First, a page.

Great Backyard Bird Count Asks for Your Help
Count Birds February 17-20
The 15th annual Great Backyard Bird Count is coming up February 17-20, 2012. People of all ages and skill levels are needed to count birds in their yards, neighborhoods, or other locations across the United States and Canada. Simply tally birds for at least 15 minutes on any day of the count, then go to www.birdcount.org and enter the highest number of each species seen at any one time.
Whether people observe birds in backyards, parks, or wilderness areas, the Great Backyard Bird Count is an opportunity to share their results at www.birdcount.org said Judy Braus, Audubon's vice president of Education and Centers. "It's fun and rewarding for people of all ages and skill levels--and it gets people outside!"
"When thousands of people all tell us what they're seeing, we can detect changes in birds' numbers and locations from year to year," said Dr. Janis Dickinson, director of Citizen Science at the Cornell Lab of Ornithology.
"While this is the depths of winter in most of Canada and only the hardiest birds brave the cold, understanding of trends in the distribution and abundance at this time of year is important as well," said Dr. George Finney, president of Bird Studies Canada.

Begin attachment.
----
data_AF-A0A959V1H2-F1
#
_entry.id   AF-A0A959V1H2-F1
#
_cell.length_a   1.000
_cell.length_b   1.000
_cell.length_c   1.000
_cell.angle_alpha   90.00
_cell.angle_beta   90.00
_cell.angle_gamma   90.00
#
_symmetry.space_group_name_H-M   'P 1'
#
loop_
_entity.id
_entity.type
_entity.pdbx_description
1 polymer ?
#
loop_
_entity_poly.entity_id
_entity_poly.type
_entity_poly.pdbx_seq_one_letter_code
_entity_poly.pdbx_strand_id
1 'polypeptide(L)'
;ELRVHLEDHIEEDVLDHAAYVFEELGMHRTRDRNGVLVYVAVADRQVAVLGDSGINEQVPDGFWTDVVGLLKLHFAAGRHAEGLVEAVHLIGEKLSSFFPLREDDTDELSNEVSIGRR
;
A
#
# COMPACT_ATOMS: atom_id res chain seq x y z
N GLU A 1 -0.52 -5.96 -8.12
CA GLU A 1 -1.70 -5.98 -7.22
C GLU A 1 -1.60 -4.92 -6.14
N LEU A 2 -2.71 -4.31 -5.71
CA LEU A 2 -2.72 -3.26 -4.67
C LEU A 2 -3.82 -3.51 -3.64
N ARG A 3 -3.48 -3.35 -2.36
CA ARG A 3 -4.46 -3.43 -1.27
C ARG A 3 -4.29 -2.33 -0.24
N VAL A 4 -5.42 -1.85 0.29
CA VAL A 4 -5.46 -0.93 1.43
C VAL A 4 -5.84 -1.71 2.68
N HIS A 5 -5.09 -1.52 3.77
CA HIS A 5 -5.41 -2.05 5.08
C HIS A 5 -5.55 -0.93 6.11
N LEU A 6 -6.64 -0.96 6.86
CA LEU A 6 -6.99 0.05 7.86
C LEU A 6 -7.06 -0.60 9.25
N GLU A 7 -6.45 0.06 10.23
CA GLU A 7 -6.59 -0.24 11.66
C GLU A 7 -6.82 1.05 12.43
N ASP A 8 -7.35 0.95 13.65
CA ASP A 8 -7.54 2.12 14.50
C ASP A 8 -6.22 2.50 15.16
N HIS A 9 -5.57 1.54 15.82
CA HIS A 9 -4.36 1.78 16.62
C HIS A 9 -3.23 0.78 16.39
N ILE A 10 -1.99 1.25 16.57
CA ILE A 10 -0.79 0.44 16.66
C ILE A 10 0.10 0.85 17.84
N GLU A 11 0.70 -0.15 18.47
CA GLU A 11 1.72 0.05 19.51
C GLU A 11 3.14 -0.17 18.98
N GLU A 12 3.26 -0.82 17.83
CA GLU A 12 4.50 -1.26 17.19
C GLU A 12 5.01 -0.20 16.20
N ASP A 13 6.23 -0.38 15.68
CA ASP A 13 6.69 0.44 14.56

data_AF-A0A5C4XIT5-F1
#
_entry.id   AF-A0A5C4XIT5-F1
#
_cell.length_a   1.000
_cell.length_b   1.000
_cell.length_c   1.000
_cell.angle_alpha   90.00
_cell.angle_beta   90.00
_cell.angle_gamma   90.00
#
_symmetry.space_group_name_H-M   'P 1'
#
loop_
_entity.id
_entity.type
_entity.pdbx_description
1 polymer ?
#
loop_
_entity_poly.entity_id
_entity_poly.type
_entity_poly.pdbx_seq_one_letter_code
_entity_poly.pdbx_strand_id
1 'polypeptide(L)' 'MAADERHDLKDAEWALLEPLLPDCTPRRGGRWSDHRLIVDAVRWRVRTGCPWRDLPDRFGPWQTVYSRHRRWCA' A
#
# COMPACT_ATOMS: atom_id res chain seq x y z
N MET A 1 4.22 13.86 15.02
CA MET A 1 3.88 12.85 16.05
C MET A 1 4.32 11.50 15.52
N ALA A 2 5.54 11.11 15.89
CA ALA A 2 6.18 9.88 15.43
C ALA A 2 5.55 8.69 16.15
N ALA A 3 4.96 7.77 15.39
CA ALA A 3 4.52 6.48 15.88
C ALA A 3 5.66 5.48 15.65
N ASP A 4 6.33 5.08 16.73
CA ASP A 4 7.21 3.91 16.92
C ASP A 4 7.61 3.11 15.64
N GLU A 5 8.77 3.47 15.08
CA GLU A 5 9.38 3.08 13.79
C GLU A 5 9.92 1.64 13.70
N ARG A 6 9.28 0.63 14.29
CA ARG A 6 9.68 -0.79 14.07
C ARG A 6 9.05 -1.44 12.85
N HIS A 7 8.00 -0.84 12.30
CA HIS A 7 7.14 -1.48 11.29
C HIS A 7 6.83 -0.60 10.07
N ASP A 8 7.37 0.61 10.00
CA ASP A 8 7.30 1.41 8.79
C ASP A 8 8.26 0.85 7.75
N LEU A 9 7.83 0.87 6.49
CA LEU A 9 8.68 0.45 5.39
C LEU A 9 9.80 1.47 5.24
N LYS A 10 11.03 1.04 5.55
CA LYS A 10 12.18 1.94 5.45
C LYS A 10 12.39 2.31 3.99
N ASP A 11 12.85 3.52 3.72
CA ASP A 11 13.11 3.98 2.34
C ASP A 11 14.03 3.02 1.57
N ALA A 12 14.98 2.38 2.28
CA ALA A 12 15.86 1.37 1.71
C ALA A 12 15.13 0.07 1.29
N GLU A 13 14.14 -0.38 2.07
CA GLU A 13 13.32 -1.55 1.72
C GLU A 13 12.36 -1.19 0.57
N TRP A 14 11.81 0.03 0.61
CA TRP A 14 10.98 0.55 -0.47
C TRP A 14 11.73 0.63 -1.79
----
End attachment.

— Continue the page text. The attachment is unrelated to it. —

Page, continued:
Data from the Great Backyard Bird Count can provide an early signal of changes in bird populations. Past counts showed a drop in reports of American Crows after outbreaks of West Nile virus in 2003, a finding consistent with studies showing crow populations declined by 50-75% in some states. Maps from the count have also captured the paths of migrating Sandhill Cranes and recorded the dramatic spread Eurasian Collared-Doves. Introduced to the Bahamas in the 1970s, the species was reported in just 8 states during the 1999 GBBC. A decade later, it was reported in 39 states and Canadian provinces.
For more information, including bird-ID tips, instructions, and past results, visit the Learning Center. The count also includes a photo contest and a prize drawing for participants who enter their bird checklists online.
The Great Backyard Bird Count is made possible in part by sponsor Wild Birds Unlimited.
Coordinated by the Cornell Lab of Ornithology, Audubon, and Bird Studies Canada, the count provides an instantaneous snapshot of birdlife across the continent for all to see. Anyone can watch as the tallies come in at www.birdcount.org. Organizers hope to receive more than 100,000 checklists during the event, with tallies of more than 600 bird species in all.
The most numerous bird counted in the 2011 GBBC was the European Starling-a species that was entirely absent from North America before the late 19th century. One hundred birds were introduced in New York's Central Park in 1890 and 1891. According to The Birds of North America Online, the descendants of these few birds now total more than 200 million and are distributed across the entire continent.
The American Robin was the second most numerous species reported this year with more than 800,000 reported from Florida-for the third year in a row, the site of a massive roost near St. Petersburg. Overall, GBBC participants made 1,044,346 observations of robins in 2011.